The next time you hear about a gay-bashing or read about the murder of a gay man, I want you to put my face on the victim. Will you feel, "Good, he got what he deserved"? Will you think, "Good, the world is a better place without him"?

Picture yourself hitting me with a pipe and breaking my nose.

The next time you hear a joke (or make one) about "limp-wrists," remember that it's my limp wrist you're talking about. Is it still so funny?

Twenty-three years ago my brother demanded I adhere to a Don't Ask, Don't Tell policy. Because of his demands I allowed myself to be held hostage in tacit consent by the love and need I have for family. But he broke his own rule when he forwarded that e-mail to me. His message arrived like a brick through my window, but it has set me free. Don't Ask, Don't Tell has ended.

Why should it matter who I love? Isn't loving the important thing?

Your Friend and Your Brother


Here is the text of the message my brother forwarded to us.

ABC TVMUST READ. If more of us took a stand maybe we could have some decent TV programs. Jim Neugent is a coach in Childress, Texas.

Jim writes: My name is Jim Neugent. I wrote to ABC (on-line) concerning a program called "The Practice." In last night's episode, one of the lawyer's mothers decided she is gay and wanted her son to go to court and help her get a marriage license so she could marry her "partner" !

I sent the following letter to ABC yesterday and really did not expect a reply, but I did get one. My original message was: ABC is obsessed (or should I say abscessed) with the subject of homosexuality. I will no longer watch any of your attempts to convince the world that homosexuality is OK. "The Practice" can be a fairly good show, but last night's program was so typical of your agenda. You picked the "dufus" of the office to be the one who was against the idea of his mother being gay and made him look like a whiner because he had convictions.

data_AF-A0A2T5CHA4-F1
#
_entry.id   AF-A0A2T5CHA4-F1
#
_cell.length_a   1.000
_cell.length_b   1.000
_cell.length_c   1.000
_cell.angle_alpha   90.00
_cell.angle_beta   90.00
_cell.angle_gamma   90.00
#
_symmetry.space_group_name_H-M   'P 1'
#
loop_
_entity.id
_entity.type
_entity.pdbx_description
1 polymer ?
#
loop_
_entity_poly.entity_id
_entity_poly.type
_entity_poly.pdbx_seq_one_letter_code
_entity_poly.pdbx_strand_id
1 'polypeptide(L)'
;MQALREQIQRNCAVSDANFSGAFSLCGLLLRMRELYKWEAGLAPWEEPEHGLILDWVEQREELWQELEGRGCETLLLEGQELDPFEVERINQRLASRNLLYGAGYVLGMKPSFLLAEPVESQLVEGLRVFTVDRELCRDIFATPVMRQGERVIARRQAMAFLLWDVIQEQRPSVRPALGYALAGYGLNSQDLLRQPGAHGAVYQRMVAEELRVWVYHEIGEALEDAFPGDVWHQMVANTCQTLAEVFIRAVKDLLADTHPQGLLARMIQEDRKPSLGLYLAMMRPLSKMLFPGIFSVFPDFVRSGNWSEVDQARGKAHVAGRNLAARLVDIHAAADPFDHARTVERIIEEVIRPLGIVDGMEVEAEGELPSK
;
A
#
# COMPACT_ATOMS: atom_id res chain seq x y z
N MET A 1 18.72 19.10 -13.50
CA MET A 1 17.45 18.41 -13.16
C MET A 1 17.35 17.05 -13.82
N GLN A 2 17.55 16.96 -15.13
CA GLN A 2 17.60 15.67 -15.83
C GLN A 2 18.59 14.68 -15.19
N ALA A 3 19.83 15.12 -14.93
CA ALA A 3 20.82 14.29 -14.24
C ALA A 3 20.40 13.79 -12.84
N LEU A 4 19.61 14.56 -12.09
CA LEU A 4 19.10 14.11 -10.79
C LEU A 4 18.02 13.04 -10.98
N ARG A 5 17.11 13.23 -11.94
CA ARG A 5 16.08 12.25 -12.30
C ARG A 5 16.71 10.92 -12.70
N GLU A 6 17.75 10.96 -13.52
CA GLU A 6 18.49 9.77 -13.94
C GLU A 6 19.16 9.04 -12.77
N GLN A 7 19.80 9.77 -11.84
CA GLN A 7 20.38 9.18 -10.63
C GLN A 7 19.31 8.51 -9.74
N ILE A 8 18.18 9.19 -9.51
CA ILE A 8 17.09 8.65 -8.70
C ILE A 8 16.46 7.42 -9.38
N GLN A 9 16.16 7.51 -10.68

This type of mentality calls people like me a "gay basher." Read the first chapter of Romans (that's in the Bible) and see what the apostle Paul had to say about it.... He, God, and Jesus were all 'gay bashers'. What if she'd fallen in love with her cocker spaniel? Is that an alternative lifestyle? (By the way, the Bible speaks against that, too.) -Jim Neugent

Here is ABC's reply from the ABC on-line webmaster: How about getting your nose out of the Bible (which is ONLY a book of stories compiled by MANY different writers hundreds of years ago) and read the Declaration of Independence (what our nation is built on), where it says "All men are created equal," and try treating them that way for a change!

Or better yet, try thinking for yourself and stop using an archaic book of stories as your lame crutch for your existence. You are in a minority in this country and your boycott will not affect us or our freedom of statement.

Jim Neugent's second response to ABC: Thanks for your reply. From your harsh reply, evidently I hit a nerve. I will share it with all with whom I come in contact. Hopefully, the Arkansas Democrat Newspaper will include it in one of their columns and I will be praying for you. --Jim Neugent

Note: Wouldn't Satan just love it if people stopped using the Bible for a crutch? Please re-send this to everyone in your mailbox. --Thanks, Jim Neugent. I wonder if the person from ABC considered how many people would read this e-mail! This is one we should definitely pass on.

© 2004 BENT on behalf of "A Brother"
"Cain and Abel," Gustave Doré. Illustration © 2004 Mark McBeth, IDEA | MONGER

Editor's Note: Although BENT is reluctant to publish unsigned pieces, the significance of this letter outweighed, in our opinion, any objections raised by its anonymity.



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BENT: A Journal of CripGay Voices/July 2004